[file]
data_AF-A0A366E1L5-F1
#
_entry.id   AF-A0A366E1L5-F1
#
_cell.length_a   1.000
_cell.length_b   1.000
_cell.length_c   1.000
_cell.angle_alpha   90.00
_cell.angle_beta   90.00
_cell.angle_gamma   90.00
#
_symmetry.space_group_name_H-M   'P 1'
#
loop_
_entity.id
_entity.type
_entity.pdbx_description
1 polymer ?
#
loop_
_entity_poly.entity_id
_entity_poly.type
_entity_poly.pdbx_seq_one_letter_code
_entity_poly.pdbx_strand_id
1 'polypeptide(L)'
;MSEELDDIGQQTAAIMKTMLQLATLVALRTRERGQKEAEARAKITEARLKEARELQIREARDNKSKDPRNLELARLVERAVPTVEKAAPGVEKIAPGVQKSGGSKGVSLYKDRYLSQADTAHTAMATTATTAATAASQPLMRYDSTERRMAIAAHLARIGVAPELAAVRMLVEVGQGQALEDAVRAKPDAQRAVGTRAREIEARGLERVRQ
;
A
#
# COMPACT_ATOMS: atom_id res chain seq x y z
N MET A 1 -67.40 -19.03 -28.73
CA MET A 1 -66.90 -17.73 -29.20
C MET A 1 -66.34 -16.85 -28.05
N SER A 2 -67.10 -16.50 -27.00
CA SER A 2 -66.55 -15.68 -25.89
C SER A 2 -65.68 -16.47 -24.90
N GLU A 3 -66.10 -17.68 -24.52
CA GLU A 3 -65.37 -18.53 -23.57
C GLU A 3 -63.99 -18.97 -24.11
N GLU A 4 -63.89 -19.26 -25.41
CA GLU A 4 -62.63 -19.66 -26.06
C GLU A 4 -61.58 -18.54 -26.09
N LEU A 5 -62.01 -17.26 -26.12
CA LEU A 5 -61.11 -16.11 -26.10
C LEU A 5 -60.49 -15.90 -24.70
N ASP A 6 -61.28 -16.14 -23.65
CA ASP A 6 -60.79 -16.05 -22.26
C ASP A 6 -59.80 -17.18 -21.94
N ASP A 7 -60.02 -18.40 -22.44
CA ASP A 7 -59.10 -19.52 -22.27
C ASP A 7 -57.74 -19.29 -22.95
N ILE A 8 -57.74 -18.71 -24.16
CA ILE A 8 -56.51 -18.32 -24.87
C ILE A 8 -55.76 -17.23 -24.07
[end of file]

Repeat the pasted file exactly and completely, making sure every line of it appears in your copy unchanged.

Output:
data_AF-A0A366E1L5-F1
#
_entry.id   AF-A0A366E1L5-F1
#
_cell.length_a   1.000
_cell.length_b   1.000
_cell.length_c   1.000
_cell.angle_alpha   90.00
_cell.angle_beta   90.00
_cell.angle_gamma   90.00
#
_symmetry.space_group_name_H-M   'P 1'
#
loop_
_entity.id
_entity.type
_entity.pdbx_description
1 polymer ?
#
loop_
_entity_poly.entity_id
_entity_poly.type
_entity_poly.pdbx_seq_one_letter_code
_entity_poly.pdbx_strand_id
1 'polypeptide(L)'
;MSEELDDIGQQTAAIMKTMLQLATLVALRTRERGQKEAEARAKITEARLKEARELQIREARDNKSKDPRNLELARLVERAVPTVEKAAPGVEKIAPGVQKSGGSKGVSLYKDRYLSQADTAHTAMATTATTAATAASQPLMRYDSTERRMAIAAHLARIGVAPELAAVRMLVEVGQGQALEDAVRAKPDAQRAVGTRAREIEARGLERVRQ
;
A
#
# COMPACT_ATOMS: atom_id res chain seq x y z
N MET A 1 -67.40 -19.03 -28.73
CA MET A 1 -66.90 -17.73 -29.20
C MET A 1 -66.34 -16.85 -28.05
N SER A 2 -67.10 -16.50 -27.00
CA SER A 2 -66.55 -15.68 -25.89
C SER A 2 -65.68 -16.47 -24.90
N GLU A 3 -66.10 -17.68 -24.52
CA GLU A 3 -65.37 -18.53 -23.57
C GLU A 3 -63.99 -18.97 -24.11
N GLU A 4 -63.89 -19.26 -25.41
CA GLU A 4 -62.63 -19.66 -26.06
C GLU A 4 -61.58 -18.54 -26.09
N LEU A 5 -62.01 -17.26 -26.12
CA LEU A 5 -61.11 -16.11 -26.10
C LEU A 5 -60.49 -15.90 -24.70
N ASP A 6 -61.28 -16.14 -23.65
CA ASP A 6 -60.79 -16.05 -22.26
C ASP A 6 -59.80 -17.18 -21.94
N ASP A 7 -60.02 -18.40 -22.44
CA ASP A 7 -59.10 -19.52 -22.27
C ASP A 7 -57.74 -19.29 -22.95
N ILE A 8 -57.74 -18.71 -24.16
CA ILE A 8 -56.51 -18.32 -24.87
C ILE A 8 -55.76 -17.23 -24.07